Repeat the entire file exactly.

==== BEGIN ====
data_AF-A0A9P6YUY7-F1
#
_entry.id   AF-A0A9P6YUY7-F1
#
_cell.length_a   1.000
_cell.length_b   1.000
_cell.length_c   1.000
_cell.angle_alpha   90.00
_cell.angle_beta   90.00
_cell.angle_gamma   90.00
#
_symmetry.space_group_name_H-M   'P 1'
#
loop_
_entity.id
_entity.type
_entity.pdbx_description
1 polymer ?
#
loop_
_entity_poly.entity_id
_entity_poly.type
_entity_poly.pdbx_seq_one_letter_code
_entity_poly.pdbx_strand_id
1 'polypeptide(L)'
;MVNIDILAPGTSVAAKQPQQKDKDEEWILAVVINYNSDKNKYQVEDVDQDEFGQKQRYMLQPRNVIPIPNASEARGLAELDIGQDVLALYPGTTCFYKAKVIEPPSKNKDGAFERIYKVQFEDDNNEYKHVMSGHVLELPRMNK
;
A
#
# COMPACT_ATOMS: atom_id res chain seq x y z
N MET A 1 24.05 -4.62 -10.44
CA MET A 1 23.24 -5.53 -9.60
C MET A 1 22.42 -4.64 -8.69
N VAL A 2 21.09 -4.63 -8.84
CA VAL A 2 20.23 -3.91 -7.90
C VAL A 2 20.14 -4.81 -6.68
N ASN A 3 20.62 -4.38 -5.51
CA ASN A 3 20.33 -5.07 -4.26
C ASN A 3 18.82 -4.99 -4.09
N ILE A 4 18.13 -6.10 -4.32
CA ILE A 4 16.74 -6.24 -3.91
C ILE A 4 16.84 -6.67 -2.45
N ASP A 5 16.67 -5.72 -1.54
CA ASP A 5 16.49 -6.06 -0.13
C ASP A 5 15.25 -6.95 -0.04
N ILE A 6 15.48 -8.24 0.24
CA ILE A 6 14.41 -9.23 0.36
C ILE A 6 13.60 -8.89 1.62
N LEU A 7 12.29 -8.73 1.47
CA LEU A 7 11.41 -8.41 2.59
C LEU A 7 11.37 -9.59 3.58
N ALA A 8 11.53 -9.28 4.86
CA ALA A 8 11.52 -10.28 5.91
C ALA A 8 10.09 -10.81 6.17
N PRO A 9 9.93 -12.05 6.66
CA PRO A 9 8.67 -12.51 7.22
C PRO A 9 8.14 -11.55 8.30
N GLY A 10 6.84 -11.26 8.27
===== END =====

data_AF-A0A9P6YUY7-F1
#
_entry.id   AF-A0A9P6YUY7-F1
#
_cell.length_a   1.000
_cell.length_b   1.000
_cell.length_c   1.000
_cell.angle_alpha   90.00
_cell.angle_beta   90.00
_cell.angle_gamma   90.00
#
_symmetry.space_group_name_H-M   'P 1'
#
loop_
_entity.id
_entity.type
_entity.pdbx_description
1 polymer ?
#
loop_
_entity_poly.entity_id
_entity_poly.type
_entity_poly.pdbx_seq_one_letter_code
_entity_poly.pdbx_strand_id
1 'polypeptide(L)'
;MVNIDILAPGTSVAAKQPQQKDKDEEWILAVVINYNSDKNKYQVEDVDQDEFGQKQRYMLQPRNVIPIPNASEARGLAELDIGQDVLALYPGTTCFYKAKVIEPPSKNKDGAFERIYKVQFEDDNNEYKHVMSGHVLELPRMNK
;
A
#
# COMPACT_ATOMS: atom_id res chain seq x y z
N MET A 1 24.05 -4.62 -10.44
CA MET A 1 23.24 -5.53 -9.60
C MET A 1 22.42 -4.64 -8.69
N VAL A 2 21.09 -4.63 -8.84
CA VAL A 2 20.23 -3.91 -7.90
C VAL A 2 20.14 -4.81 -6.68
N ASN A 3 20.62 -4.38 -5.51
CA ASN A 3 20.33 -5.07 -4.26
C ASN A 3 18.82 -4.99 -4.09
N ILE A 4 18.13 -6.10 -4.32
CA ILE A 4 16.74 -6.24 -3.91
C ILE A 4 16.84 -6.67 -2.45
N ASP A 5 16.67 -5.72 -1.54
CA ASP A 5 16.49 -6.06 -0.13
C ASP A 5 15.25 -6.95 -0.04
N ILE A 6 15.48 -8.24 0.24
CA ILE A 6 14.41 -9.23 0.36
C ILE A 6 13.60 -8.89 1.62
N LEU A 7 12.29 -8.73 1.47
CA LEU A 7 11.41 -8.41 2.59
C LEU A 7 11.37 -9.59 3.58
N ALA A 8 11.53 -9.28 4.86
CA ALA A 8 11.52 -10.28 5.91
C ALA A 8 10.09 -10.81 6.17
N PRO A 9 9.93 -12.05 6.66
CA PRO A 9 8.67 -12.51 7.22
C PRO A 9 8.14 -11.55 8.30
N GLY A 10 6.84 -11.26 8.27